It begins as a personal dare. Maybe you attended your first class with a dedicated yogi friend as a fun way to squeeze in a workout, or went to the studio just to be able to tell people you've "done" yoga before. You were weirded out by the chanting, feeling slightly awkward yet kept an open mind. You found the class to be challenging in a way you had never experienced: both physically and mentally. The next day, you found yourself thinking about the night before. You couldn't wait to go back! Soon, the weekly practice turned into two or three nights a week. You began to become integrated into the local yoga community, possibly going out for coffee or a bite to eat after class. On the first day, you could barely hold downward dog. Adho Mukha Svana-who? Now, you've mastered crow, side crow, and firefly. Maybe, a change in lifestyle or career had you thinking about the possibility of taking the next step: totally immersing yourself in a yogic lifestyle and becoming a yoga teacher.
The title of "yoga teacher" conjures up somewhat glamorous images of the decorated yoga guru leading disciples through sun salutations. Surely, you would play the best music, have the most students, and maybe even open your own studio one day! Maybe you can relate to this dreamy scenario, maybe not. If you are a yoga teacher, you were probably surprised at how easy it was to get your certification! If you are an aspiring student, did you know it is really pretty easy to get your certification? To become a "yoga teacher", you must complete a Yoga Alliance-approved 200 hour certification. The Yoga Alliance is an online database that provides little to zero oversight or accreditation to yoga schools. Simply put, to be an instructor, you must take a 200 hour class, pass a written exam, and do some paperwork. A designated yoga teacher has at least a RYT-200. It requires completion of a training program and does not require actual teaching hours. You can complete the class through multiple types of programs (Bikram, Yogaville, Kripalu, for example) and programs are even offered online. Each course costs about $3,000 and can be intensive (completed relatively fast over the course of one or two months) or completed in the evenings over a long period of time.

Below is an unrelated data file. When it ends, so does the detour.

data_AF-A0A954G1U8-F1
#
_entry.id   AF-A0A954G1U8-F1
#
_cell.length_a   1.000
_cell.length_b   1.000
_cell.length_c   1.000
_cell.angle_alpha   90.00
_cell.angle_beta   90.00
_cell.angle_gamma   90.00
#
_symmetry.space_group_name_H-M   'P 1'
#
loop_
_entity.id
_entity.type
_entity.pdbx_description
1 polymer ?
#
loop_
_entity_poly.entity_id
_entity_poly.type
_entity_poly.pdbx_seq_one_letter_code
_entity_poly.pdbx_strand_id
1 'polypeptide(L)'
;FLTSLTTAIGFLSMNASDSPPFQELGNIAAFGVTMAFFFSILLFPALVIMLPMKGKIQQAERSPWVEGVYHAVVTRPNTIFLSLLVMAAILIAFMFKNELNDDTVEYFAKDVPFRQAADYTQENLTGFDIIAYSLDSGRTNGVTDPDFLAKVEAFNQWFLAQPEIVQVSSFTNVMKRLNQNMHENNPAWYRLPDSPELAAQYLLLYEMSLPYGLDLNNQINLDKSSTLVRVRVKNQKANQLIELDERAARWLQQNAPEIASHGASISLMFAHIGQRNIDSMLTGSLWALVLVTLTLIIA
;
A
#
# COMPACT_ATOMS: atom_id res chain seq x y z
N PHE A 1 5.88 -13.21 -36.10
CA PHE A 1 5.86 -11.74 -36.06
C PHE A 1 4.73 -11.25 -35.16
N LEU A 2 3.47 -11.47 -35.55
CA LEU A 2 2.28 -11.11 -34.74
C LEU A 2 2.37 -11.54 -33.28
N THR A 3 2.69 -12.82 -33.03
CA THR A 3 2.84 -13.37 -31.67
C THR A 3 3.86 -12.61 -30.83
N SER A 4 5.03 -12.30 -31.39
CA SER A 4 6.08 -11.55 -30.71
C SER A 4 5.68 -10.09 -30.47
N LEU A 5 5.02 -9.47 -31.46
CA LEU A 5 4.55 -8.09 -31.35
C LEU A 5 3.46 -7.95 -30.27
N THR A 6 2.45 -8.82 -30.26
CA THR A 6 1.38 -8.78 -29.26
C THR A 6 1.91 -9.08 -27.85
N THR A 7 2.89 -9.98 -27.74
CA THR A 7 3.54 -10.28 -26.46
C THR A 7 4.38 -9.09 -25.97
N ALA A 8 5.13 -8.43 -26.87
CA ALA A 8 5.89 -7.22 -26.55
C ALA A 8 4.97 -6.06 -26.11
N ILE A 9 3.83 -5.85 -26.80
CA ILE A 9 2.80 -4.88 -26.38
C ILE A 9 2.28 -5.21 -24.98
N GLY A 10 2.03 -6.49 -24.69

Yoga instructor certification is a formality. Yes, you will gain knowledge and skills. But will completion of a program magically turn you into the omnipotent yoga god we imagine our instructors to embody? Not necessarily. I passed four years of college-level spanish and a few years after graduation am no longer conversational. I remember how to count to ten! A good yoga instructor challenges themselves and expands on their personal knowledge and understanding of the practice of yoga on a consistent basis after completion of the program, gains wisdom and knowledge from hands-on instruction, and is usually pretty well-connected in the local yoga community. The title of "yoga teacher" is not limited to the technical title, but emcompasses a whole lifestyle and way of living. What do you think makes someone a yoga teacher? Is it an a certification or some other definition?